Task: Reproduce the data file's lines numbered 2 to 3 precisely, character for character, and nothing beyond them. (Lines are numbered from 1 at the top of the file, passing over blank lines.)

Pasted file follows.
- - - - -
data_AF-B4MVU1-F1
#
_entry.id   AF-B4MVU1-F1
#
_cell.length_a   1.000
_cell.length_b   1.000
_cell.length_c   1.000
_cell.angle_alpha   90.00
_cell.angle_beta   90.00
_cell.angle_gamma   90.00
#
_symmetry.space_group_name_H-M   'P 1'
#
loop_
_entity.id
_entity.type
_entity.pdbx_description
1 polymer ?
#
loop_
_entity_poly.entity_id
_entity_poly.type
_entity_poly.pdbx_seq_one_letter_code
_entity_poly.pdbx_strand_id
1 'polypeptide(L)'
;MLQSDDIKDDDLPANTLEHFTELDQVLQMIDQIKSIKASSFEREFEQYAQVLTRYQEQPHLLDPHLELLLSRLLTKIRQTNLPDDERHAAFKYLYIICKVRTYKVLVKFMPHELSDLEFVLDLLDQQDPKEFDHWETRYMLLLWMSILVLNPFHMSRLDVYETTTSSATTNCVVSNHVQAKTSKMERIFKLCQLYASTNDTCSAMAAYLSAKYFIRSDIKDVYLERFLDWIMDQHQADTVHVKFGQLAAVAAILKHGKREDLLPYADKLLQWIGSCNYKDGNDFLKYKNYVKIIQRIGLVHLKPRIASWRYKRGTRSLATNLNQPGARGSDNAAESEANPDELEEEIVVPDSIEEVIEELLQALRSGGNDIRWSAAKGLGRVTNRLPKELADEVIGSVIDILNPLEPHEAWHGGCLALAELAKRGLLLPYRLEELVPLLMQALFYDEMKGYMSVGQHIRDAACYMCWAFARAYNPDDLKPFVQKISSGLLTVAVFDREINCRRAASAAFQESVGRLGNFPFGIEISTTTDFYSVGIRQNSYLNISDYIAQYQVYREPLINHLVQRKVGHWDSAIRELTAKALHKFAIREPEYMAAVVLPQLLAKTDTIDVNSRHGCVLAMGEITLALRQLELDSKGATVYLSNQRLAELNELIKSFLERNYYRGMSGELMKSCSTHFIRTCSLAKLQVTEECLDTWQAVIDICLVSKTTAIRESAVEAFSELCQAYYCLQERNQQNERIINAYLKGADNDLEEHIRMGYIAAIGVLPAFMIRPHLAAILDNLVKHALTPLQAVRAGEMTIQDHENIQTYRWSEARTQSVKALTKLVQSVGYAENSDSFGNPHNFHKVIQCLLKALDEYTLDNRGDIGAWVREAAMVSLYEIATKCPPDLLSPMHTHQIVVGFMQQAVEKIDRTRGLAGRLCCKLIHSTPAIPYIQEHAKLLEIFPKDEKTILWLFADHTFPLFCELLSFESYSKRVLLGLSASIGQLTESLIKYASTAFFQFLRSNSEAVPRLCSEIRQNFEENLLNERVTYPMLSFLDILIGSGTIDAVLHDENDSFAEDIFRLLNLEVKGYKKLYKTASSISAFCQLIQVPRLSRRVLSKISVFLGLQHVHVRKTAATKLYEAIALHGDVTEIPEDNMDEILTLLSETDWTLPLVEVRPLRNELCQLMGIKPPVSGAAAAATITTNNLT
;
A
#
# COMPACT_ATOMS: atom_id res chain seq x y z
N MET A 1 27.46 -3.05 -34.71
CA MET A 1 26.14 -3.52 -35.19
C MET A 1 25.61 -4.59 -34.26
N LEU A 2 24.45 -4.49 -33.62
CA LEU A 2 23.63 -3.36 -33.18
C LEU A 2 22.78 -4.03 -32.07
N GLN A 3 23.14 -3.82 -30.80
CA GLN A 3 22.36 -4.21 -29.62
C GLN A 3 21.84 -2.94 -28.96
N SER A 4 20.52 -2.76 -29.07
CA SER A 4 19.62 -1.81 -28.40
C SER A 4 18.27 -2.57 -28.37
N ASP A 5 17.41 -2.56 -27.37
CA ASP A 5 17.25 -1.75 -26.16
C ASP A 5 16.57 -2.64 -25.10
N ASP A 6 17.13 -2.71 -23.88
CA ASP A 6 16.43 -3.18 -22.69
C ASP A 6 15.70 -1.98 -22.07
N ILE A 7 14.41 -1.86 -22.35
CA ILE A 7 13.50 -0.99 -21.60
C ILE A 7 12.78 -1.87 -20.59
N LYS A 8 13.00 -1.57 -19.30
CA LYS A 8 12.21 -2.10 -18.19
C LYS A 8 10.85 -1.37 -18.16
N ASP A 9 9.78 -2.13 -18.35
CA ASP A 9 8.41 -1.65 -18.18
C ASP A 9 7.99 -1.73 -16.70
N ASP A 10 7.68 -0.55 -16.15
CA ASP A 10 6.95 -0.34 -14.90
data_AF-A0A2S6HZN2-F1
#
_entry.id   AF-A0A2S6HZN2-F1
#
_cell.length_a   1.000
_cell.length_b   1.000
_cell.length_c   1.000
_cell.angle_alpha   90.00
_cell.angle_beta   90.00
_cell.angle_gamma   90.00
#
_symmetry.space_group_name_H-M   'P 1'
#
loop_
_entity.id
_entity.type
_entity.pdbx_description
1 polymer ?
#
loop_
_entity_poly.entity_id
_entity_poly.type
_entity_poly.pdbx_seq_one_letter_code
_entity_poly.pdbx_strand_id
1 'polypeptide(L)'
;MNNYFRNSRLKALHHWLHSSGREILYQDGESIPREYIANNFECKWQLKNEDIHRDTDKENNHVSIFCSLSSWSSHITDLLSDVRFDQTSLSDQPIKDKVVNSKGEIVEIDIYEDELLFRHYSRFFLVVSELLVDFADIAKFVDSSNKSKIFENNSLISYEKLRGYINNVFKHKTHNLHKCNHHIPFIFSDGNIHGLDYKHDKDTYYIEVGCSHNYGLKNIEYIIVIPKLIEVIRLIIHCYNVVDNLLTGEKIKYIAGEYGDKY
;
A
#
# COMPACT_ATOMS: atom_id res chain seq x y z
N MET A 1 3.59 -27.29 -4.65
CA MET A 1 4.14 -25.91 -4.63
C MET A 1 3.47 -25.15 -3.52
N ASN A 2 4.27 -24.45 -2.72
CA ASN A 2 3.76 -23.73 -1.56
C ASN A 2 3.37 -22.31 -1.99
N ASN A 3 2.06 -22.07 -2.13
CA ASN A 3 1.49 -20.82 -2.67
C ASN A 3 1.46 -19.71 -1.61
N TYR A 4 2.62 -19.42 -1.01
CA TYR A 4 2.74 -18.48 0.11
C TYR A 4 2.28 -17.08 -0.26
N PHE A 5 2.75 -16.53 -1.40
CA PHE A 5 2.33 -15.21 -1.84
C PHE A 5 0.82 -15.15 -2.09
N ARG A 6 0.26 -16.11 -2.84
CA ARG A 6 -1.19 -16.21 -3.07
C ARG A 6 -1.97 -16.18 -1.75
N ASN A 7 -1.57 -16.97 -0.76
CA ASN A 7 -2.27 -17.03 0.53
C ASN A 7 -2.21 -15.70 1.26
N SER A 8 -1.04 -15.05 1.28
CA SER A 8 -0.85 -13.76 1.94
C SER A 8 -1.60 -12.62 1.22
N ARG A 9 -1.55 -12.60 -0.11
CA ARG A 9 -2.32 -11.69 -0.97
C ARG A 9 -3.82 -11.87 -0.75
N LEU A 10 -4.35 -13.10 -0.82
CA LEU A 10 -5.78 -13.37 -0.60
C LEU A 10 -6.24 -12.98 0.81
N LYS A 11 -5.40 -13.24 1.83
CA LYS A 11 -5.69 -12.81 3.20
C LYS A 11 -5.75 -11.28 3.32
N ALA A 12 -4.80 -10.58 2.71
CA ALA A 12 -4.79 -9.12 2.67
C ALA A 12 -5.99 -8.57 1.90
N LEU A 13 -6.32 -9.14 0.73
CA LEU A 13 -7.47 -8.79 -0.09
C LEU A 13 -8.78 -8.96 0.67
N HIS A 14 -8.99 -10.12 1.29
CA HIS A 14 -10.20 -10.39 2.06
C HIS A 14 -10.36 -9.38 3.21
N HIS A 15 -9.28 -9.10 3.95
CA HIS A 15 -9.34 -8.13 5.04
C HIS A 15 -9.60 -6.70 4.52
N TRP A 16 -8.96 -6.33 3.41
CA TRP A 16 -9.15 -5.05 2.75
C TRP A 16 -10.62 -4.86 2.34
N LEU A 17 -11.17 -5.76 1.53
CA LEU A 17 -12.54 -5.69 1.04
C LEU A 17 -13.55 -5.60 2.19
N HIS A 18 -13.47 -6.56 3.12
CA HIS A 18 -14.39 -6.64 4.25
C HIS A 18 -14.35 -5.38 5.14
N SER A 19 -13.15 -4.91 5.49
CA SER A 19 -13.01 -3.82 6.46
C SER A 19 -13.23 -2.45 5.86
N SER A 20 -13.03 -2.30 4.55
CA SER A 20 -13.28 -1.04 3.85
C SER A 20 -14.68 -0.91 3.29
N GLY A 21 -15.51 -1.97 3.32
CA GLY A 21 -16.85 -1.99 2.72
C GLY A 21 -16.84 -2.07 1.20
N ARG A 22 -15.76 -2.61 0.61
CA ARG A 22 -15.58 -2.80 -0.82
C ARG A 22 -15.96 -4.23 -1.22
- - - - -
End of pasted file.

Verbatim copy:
#
_entry.id   AF-B4MVU1-F1